Urban Transit

  • Increase the gas tax share directed to urban transit.  This had been promised by the Ford government during the election campaign, but was not kept.
  • Initiate a study to permit Ontario municipalities to use new revenue tools, such as a piece of the provincial sales tax, a land-transfer tax, or authority for road tolls, to fund critical infrastructure such as public transit or roads.
  • Develop a program to subsidize transit fare integration in the Greater Toronto and Hamilton Areas in order to reduce two-fare walls between agencies like TTC-GO and TTC-York Region Transit.

General

  • Include environmental and climate change considerations when reviewing transportation modal options.  Any provincial transportation proposals are then more likely to meet with broader public approval.
  • Expand the highly-successful Community Transportation Grant Program and improve regional coordination/planning/oversight and shared service models.  See our letter to Jeff Yurek (Minister of Transportation at the time) of February 4, 2019 and re-sent to Minister Mulroney in July.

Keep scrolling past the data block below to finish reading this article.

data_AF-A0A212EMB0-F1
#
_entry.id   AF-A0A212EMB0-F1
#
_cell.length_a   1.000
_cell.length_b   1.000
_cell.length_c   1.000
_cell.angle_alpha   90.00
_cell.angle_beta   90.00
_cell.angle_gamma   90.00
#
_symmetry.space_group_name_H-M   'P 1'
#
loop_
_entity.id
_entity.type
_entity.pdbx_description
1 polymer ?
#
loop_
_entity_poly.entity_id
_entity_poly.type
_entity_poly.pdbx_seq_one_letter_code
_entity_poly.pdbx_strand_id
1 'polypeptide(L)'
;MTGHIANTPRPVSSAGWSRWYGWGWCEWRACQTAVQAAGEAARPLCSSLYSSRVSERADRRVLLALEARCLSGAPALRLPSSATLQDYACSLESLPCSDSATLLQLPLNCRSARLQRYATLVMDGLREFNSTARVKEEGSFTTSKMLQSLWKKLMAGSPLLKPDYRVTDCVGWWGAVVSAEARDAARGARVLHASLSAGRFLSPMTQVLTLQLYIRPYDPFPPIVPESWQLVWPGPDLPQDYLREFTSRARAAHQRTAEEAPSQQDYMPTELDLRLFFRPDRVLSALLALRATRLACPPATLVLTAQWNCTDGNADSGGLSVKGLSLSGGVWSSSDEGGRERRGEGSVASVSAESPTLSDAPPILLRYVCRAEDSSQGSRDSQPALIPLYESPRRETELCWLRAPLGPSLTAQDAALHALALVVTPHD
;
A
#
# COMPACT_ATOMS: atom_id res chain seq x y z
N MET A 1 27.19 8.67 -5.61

• Expand the HOT lane program on Ontario expressways.

Photo: Daniel Vorndran

Dec 18

Statement on Cancellation of Hamilton LRT Project

By Transport Action Ontario | Latest News , Press Releases and Open Letters , Urban Transit

Transport Action Ontario issued the following statement on December 18, 2019 regarding the cancellation of the Hamilton LRT project.


Transport Action Ontario is profoundly disappointed with the Ontario government decision to cancel the Hamilton LRT project. Work had been underway on this project for many years, with over $160 million expended by Metrolinx on design and property acquisition, with more than 60 properties acquired and residents relocated. There are many troubling aspects about this decision.

Without completing the RFP process, the province’s figure of $5 billion (including 30 years of operating costs) is even more of a guesstimate that the previous government’s forecast. Other LRT projects in Ontario have come in at a much lower figure than this. The fact that the government will not release the third-party report that generated the $5 billion figure is also very troubling.